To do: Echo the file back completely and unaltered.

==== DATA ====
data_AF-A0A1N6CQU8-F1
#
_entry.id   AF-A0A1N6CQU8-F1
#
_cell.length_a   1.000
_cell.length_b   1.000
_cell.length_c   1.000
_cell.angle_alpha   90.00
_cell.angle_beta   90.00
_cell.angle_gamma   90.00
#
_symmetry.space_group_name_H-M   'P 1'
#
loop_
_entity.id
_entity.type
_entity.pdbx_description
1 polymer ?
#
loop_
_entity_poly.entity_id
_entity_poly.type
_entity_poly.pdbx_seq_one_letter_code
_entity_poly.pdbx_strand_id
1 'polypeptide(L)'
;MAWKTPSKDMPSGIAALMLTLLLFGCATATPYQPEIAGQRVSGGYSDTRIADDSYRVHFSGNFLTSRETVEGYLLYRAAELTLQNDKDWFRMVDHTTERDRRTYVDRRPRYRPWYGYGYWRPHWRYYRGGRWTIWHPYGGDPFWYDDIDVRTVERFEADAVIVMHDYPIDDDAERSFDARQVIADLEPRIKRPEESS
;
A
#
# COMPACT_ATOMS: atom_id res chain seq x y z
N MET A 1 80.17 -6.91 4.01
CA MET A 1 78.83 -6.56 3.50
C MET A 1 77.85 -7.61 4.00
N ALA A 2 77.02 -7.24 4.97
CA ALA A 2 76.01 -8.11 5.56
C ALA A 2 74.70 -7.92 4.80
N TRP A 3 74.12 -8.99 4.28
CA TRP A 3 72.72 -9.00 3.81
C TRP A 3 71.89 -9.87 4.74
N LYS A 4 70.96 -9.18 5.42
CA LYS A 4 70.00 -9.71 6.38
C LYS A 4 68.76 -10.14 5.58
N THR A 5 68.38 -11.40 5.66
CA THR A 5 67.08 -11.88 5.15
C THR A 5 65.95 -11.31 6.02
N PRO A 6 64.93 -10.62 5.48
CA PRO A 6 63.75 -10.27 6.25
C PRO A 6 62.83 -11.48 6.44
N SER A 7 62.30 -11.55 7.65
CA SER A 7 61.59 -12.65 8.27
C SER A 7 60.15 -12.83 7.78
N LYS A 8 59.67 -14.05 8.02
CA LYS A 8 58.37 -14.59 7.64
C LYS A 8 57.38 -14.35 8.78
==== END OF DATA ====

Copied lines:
data_AF-A0A1N6CQU8-F1
#
_entry.id   AF-A0A1N6CQU8-F1
#
_cell.length_a   1.000
_cell.length_b   1.000
_cell.length_c   1.000
_cell.angle_alpha   90.00
_cell.angle_beta   90.00
_cell.angle_gamma   90.00
#
_symmetry.space_group_name_H-M   'P 1'
#
loop_
_entity.id
_entity.type
_entity.pdbx_description
1 polymer ?
#
loop_
_entity_poly.entity_id
_entity_poly.type
_entity_poly.pdbx_seq_one_letter_code
_entity_poly.pdbx_strand_id
1 'polypeptide(L)'
;MAWKTPSKDMPSGIAALMLTLLLFGCATATPYQPEIAGQRVSGGYSDTRIADDSYRVHFSGNFLTSRETVEGYLLYRAAELTLQNDKDWFRMVDHTTERDRRTYVDRRPRYRPWYGYGYWRPHWRYYRGGRWTIWHPYGGDPFWYDDIDVRTVERFEADAVIVMHDYPIDDDAERSFDARQVIADLEPRIKRPEESS
;
A
#
# COMPACT_ATOMS: atom_id res chain seq x y z
N MET A 1 80.17 -6.91 4.01
CA MET A 1 78.83 -6.56 3.50
C MET A 1 77.85 -7.61 4.00
N ALA A 2 77.02 -7.24 4.97
CA ALA A 2 76.01 -8.11 5.56
C ALA A 2 74.70 -7.92 4.80
N TRP A 3 74.12 -8.99 4.28
CA TRP A 3 72.72 -9.00 3.81
C TRP A 3 71.89 -9.87 4.74
N LYS A 4 70.96 -9.18 5.42
CA LYS A 4 70.00 -9.71 6.38
C LYS A 4 68.76 -10.14 5.58
N THR A 5 68.38 -11.40 5.66
CA THR A 5 67.08 -11.88 5.15
C THR A 5 65.95 -11.31 6.02
N PRO A 6 64.93 -10.62 5.48
CA PRO A 6 63.75 -10.27 6.25
C PRO A 6 62.83 -11.48 6.44
N SER A 7 62.30 -11.55 7.65
CA SER A 7 61.59 -12.65 8.27
C SER A 7 60.15 -12.83 7.78
N LYS A 8 59.67 -14.05 8.02
CA LYS A 8 58.37 -14.59 7.64
C LYS A 8 57.38 -14.35 8.78